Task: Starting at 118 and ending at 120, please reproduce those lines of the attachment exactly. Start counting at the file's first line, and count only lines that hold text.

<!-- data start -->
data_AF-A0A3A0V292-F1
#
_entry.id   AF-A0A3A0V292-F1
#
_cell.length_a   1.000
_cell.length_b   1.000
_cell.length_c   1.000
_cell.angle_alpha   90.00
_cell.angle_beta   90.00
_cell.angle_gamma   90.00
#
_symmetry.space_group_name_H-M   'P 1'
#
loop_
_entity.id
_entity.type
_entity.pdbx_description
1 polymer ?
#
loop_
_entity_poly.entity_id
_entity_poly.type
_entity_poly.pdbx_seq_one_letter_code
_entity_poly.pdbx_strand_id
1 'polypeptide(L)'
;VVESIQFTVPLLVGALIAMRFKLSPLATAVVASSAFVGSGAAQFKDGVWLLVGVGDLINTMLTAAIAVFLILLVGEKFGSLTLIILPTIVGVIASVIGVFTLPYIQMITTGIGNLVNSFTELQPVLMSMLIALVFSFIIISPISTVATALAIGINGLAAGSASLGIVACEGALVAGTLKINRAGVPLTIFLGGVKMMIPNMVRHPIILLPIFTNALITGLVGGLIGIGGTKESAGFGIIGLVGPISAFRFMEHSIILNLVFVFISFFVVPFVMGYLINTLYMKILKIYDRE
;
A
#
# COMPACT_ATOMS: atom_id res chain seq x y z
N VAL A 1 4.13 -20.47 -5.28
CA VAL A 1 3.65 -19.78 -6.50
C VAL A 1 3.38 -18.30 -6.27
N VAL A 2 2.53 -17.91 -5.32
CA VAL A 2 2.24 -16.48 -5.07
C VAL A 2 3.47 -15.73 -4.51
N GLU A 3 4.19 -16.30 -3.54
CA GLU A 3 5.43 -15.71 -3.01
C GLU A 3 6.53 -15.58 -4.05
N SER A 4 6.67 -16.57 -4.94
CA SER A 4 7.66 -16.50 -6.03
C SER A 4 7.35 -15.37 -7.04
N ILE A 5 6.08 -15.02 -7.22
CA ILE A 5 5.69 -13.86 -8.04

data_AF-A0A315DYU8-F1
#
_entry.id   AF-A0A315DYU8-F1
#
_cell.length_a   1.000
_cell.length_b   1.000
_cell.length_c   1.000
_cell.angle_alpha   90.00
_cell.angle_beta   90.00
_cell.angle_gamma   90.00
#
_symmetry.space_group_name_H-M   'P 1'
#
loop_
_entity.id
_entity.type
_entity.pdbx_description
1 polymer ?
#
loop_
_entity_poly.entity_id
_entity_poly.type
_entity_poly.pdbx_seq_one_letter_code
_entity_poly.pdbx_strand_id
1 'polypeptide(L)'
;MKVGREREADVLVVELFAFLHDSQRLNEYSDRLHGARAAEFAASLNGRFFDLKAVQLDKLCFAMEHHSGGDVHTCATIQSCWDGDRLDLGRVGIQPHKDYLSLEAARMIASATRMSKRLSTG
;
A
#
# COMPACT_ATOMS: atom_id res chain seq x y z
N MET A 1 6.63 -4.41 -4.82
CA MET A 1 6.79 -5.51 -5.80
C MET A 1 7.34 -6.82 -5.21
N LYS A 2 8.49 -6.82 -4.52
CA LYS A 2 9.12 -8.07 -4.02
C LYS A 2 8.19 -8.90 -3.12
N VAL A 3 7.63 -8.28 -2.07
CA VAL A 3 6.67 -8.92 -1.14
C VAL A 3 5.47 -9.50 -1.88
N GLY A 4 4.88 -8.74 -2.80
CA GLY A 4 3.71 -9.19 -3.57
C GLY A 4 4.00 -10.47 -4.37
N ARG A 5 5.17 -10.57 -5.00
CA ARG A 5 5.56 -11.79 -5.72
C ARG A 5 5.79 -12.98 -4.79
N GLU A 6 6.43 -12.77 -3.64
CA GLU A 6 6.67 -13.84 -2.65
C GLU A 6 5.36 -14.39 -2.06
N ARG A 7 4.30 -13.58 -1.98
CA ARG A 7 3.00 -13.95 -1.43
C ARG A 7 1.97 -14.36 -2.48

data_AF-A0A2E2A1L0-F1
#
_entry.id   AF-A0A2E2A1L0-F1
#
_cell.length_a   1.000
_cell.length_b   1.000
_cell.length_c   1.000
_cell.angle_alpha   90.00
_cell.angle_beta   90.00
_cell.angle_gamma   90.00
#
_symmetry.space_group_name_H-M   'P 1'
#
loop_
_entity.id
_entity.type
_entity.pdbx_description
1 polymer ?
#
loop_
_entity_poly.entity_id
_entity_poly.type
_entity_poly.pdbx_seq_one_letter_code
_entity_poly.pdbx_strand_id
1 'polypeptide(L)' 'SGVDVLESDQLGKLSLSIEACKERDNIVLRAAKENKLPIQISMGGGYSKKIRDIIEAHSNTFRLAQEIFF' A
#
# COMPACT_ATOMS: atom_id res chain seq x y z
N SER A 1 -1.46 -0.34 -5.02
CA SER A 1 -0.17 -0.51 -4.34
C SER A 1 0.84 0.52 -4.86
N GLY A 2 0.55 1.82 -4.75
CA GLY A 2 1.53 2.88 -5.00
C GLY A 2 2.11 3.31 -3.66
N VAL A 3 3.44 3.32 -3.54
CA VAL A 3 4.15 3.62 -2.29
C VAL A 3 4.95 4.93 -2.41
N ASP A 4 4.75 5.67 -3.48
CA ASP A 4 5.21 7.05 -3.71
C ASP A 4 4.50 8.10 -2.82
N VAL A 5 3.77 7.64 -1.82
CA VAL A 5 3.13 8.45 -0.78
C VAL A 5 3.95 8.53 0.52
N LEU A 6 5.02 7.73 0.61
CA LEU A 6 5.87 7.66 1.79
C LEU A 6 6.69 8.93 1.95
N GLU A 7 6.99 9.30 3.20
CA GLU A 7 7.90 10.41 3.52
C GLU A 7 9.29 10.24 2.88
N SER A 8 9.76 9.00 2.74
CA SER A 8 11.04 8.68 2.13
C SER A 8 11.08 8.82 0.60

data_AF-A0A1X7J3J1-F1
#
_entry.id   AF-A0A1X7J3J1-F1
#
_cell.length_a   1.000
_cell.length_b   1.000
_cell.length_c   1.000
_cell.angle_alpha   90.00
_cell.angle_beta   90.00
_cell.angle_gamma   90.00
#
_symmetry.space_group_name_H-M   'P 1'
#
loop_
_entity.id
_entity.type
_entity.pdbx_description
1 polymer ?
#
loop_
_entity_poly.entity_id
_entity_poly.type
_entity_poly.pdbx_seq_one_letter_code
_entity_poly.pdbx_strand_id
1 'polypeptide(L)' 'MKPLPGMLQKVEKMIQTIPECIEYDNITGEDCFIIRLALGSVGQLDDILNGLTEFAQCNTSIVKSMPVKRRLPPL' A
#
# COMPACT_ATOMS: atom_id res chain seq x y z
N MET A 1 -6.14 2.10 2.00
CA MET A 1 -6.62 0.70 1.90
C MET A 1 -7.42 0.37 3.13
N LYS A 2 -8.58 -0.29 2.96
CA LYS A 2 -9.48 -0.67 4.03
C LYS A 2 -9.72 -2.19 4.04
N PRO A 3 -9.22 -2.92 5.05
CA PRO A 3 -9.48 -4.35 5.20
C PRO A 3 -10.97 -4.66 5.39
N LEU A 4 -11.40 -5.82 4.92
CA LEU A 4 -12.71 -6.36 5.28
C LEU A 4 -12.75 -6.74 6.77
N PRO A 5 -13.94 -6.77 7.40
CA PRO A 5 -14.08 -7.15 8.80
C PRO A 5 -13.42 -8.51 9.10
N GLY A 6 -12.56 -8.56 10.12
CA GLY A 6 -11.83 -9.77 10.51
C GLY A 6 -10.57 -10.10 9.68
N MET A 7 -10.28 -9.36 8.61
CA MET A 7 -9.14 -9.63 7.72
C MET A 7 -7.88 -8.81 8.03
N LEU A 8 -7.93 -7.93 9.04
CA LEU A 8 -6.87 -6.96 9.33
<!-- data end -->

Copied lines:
_entity_poly.pdbx_seq_one_letter_code
_entity_poly.pdbx_strand_id
1 'polypeptide(L)' 'SGVDVLESDQLGKLSLSIEACKERDNIVLRAAKENKLPIQISMGGGYSKKIRDIIEAHSNTFRLAQEIFF' A